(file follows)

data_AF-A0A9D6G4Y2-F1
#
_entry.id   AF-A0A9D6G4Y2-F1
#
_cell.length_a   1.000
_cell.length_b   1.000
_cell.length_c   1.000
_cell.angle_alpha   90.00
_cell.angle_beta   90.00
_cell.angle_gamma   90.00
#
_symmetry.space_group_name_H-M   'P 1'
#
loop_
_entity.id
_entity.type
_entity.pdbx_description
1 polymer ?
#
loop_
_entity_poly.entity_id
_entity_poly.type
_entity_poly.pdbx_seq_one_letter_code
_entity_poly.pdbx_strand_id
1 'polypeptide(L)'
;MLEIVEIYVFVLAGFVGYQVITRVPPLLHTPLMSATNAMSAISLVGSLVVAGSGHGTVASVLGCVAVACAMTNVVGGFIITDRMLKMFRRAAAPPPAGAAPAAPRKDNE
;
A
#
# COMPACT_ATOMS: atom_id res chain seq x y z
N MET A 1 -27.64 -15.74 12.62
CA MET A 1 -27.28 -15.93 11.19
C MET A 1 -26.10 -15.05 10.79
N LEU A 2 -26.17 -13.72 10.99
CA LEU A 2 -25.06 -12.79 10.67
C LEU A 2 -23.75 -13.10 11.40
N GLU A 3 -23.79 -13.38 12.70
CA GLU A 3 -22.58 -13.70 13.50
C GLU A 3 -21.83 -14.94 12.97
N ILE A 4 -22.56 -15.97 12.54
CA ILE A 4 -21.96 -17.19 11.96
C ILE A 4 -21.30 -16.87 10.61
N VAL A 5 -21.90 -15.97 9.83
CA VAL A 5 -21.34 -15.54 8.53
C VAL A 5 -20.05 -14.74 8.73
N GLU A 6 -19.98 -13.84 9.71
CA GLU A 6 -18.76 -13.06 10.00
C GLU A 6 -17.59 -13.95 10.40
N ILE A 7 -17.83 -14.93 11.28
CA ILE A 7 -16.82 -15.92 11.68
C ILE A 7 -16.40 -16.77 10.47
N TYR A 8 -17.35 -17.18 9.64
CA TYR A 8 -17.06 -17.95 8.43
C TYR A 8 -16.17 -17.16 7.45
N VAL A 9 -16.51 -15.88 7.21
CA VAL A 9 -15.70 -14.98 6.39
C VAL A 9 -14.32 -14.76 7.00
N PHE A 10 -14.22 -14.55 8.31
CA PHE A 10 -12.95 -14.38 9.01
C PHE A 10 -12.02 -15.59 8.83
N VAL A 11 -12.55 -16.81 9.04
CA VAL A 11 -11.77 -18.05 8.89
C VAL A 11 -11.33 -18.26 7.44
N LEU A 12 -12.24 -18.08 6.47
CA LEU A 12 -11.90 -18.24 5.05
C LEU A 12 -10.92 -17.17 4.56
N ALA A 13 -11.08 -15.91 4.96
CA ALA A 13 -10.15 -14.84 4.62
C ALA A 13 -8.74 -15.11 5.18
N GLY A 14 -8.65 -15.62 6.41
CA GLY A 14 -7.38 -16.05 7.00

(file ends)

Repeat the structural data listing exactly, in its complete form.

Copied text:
data_AF-A0A9D6G4Y2-F1
#
_entry.id   AF-A0A9D6G4Y2-F1
#
_cell.length_a   1.000
_cell.length_b   1.000
_cell.length_c   1.000
_cell.angle_alpha   90.00
_cell.angle_beta   90.00
_cell.angle_gamma   90.00
#
_symmetry.space_group_name_H-M   'P 1'
#
loop_
_entity.id
_entity.type
_entity.pdbx_description
1 polymer ?
#
loop_
_entity_poly.entity_id
_entity_poly.type
_entity_poly.pdbx_seq_one_letter_code
_entity_poly.pdbx_strand_id
1 'polypeptide(L)'
;MLEIVEIYVFVLAGFVGYQVITRVPPLLHTPLMSATNAMSAISLVGSLVVAGSGHGTVASVLGCVAVACAMTNVVGGFIITDRMLKMFRRAAAPPPAGAAPAAPRKDNE
;
A
#
# COMPACT_ATOMS: atom_id res chain seq x y z
N MET A 1 -27.64 -15.74 12.62
CA MET A 1 -27.28 -15.93 11.19
C MET A 1 -26.10 -15.05 10.79
N LEU A 2 -26.17 -13.72 10.99
CA LEU A 2 -25.06 -12.79 10.67
C LEU A 2 -23.75 -13.10 11.40
N GLU A 3 -23.79 -13.38 12.70
CA GLU A 3 -22.58 -13.70 13.50
C GLU A 3 -21.83 -14.94 12.97
N ILE A 4 -22.56 -15.97 12.54
CA ILE A 4 -21.96 -17.19 11.96
C ILE A 4 -21.30 -16.87 10.61
N VAL A 5 -21.90 -15.97 9.83
CA VAL A 5 -21.34 -15.54 8.53
C VAL A 5 -20.05 -14.74 8.73
N GLU A 6 -19.98 -13.84 9.71
CA GLU A 6 -18.76 -13.06 10.00
C GLU A 6 -17.59 -13.95 10.40
N ILE A 7 -17.83 -14.93 11.28
CA ILE A 7 -16.82 -15.92 11.68
C ILE A 7 -16.40 -16.77 10.47
N TYR A 8 -17.35 -17.18 9.64
CA TYR A 8 -17.06 -17.95 8.43
C TYR A 8 -16.17 -17.16 7.45
N VAL A 9 -16.51 -15.88 7.21
CA VAL A 9 -15.70 -14.98 6.39
C VAL A 9 -14.32 -14.76 7.00
N PHE A 10 -14.22 -14.55 8.31
CA PHE A 10 -12.95 -14.38 9.01
C PHE A 10 -12.02 -15.59 8.83
N VAL A 11 -12.55 -16.81 9.04
CA VAL A 11 -11.77 -18.05 8.89
C VAL A 11 -11.33 -18.26 7.44
N LEU A 12 -12.24 -18.08 6.47
CA LEU A 12 -11.90 -18.24 5.05
C LEU A 12 -10.92 -17.17 4.56
N ALA A 13 -11.08 -15.91 4.96
CA ALA A 13 -10.15 -14.84 4.62
C ALA A 13 -8.74 -15.11 5.18
N GLY A 14 -8.65 -15.62 6.41
CA GLY A 14 -7.38 -16.05 7.00